The perceptual, cognitive and artistic meta-level represented by computational aesthetics ensures in the future the communication between the researchers of computer imagery techniques, and the artist and designer community. For these people the algorithmic details are basically not really interesting, they need practical tools, e.g. in the visualization, printing, painting, movie industry, CAD systems, architecture, and other application areas.

The panel discussions have dealt with the following questions trying to address them regardless of the subfield (NPR, modeling, HDRI, color, etc...):

  • What is Computational Aesthetics?
  • What are the metrics in computational aesthetics? What about evaluation of success?
  • What are the degrees of freedom and precision of intensioning in the field of computational aesthetics? Which are the constraints?
  • Suggest unique workshop/conference formats for following up this Dagstuhl meeting
  • Can we take the human out of the loop? At what point does this happen?
  • How can we engage/incorporate art & design (and other) communities?
  • What is the ‘Holy Grail’ of Computational Aesthetics? What are the grand challenges?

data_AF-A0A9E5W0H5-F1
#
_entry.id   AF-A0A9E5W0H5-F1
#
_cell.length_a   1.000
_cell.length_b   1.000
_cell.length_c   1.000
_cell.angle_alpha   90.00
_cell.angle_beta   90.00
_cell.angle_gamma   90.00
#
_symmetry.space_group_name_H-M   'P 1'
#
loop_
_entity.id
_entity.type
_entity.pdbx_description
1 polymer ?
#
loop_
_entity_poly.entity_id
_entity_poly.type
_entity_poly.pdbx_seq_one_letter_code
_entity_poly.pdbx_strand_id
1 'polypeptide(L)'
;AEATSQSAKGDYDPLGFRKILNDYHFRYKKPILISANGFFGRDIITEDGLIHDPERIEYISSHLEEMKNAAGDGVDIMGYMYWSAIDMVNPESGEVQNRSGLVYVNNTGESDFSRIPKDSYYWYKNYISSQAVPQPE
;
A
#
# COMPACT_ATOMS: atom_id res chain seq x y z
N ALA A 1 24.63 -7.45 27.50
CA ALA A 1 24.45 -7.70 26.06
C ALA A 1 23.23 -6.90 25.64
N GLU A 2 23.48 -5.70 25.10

• Visual styles (only?) achievable by computer? (i.e. if we don't just repeat what artists have done, considering the field of computational aesthetics, what can we create? what is enabled?)
  • Applications?
  • Where does Computational Aesthetics come in: algorithm/process? Content? Intent? Observer?

The high interest of participants, the inspiring discussions, a lot of new ideas and the results demonstrated the impulse and potential of this rapidly launching area. The successful seminar will be continued in form of annual conferences, and further Seminars on Computational Aesthetics will be held in the future.

  • Dirk Bartz (Universität Tübingen, DE)
  • Stefan Bruckner (TU Wien, AT) [dblp]
  • Martin Cadik (Czech Technical University in Prague, CZ)
  • Sheelagh Carpendale (University of Calgary, CA) [dblp]
  • Alan Chalmers (University of Bristol, GB)
  • Daniel Cohen-Or (Tel Aviv University, IL) [dblp]